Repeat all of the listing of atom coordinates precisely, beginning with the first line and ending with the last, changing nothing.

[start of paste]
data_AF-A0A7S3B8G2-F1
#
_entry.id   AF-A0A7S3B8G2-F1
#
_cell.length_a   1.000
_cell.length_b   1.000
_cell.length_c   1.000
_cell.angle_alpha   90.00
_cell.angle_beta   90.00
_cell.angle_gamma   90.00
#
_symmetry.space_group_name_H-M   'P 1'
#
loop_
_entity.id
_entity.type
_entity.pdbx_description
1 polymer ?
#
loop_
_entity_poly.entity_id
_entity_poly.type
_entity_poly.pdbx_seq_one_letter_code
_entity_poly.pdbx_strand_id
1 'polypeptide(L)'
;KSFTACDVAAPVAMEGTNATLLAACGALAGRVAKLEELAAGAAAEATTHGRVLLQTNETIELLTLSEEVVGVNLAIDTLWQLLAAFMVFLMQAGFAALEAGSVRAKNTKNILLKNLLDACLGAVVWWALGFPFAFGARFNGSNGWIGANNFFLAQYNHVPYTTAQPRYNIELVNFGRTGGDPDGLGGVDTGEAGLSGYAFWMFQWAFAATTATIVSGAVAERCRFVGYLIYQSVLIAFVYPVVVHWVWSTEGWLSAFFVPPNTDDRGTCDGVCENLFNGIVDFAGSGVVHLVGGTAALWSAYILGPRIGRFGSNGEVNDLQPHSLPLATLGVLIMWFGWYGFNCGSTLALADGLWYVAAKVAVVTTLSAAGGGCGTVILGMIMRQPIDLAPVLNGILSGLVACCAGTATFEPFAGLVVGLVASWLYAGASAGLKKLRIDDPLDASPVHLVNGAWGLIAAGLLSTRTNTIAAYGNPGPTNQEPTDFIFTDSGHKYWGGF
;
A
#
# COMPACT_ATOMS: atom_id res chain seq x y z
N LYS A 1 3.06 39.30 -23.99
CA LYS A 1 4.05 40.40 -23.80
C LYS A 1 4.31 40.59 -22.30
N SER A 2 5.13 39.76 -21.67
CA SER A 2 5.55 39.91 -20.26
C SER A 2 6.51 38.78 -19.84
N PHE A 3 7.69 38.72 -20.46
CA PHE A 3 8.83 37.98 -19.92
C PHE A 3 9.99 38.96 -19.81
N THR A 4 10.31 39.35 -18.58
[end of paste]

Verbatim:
data_AF-A0A7S3B8G2-F1
#
_entry.id   AF-A0A7S3B8G2-F1
#
_cell.length_a   1.000
_cell.length_b   1.000
_cell.length_c   1.000
_cell.angle_alpha   90.00
_cell.angle_beta   90.00
_cell.angle_gamma   90.00
#
_symmetry.space_group_name_H-M   'P 1'
#
loop_
_entity.id
_entity.type
_entity.pdbx_description
1 polymer ?
#
loop_
_entity_poly.entity_id
_entity_poly.type
_entity_poly.pdbx_seq_one_letter_code
_entity_poly.pdbx_strand_id
1 'polypeptide(L)'
;KSFTACDVAAPVAMEGTNATLLAACGALAGRVAKLEELAAGAAAEATTHGRVLLQTNETIELLTLSEEVVGVNLAIDTLWQLLAAFMVFLMQAGFAALEAGSVRAKNTKNILLKNLLDACLGAVVWWALGFPFAFGARFNGSNGWIGANNFFLAQYNHVPYTTAQPRYNIELVNFGRTGGDPDGLGGVDTGEAGLSGYAFWMFQWAFAATTATIVSGAVAERCRFVGYLIYQSVLIAFVYPVVVHWVWSTEGWLSAFFVPPNTDDRGTCDGVCENLFNGIVDFAGSGVVHLVGGTAALWSAYILGPRIGRFGSNGEVNDLQPHSLPLATLGVLIMWFGWYGFNCGSTLALADGLWYVAAKVAVVTTLSAAGGGCGTVILGMIMRQPIDLAPVLNGILSGLVACCAGTATFEPFAGLVVGLVASWLYAGASAGLKKLRIDDPLDASPVHLVNGAWGLIAAGLLSTRTNTIAAYGNPGPTNQEPTDFIFTDSGHKYWGGF
;
A
#
# COMPACT_ATOMS: atom_id res chain seq x y z
N LYS A 1 3.06 39.30 -23.99
CA LYS A 1 4.05 40.40 -23.80
C LYS A 1 4.31 40.59 -22.30
N SER A 2 5.13 39.76 -21.67
CA SER A 2 5.55 39.91 -20.26
C SER A 2 6.51 38.78 -19.84
N PHE A 3 7.69 38.72 -20.46
CA PHE A 3 8.83 37.98 -19.92
C PHE A 3 9.99 38.96 -19.81
N THR A 4 10.31 39.35 -18.58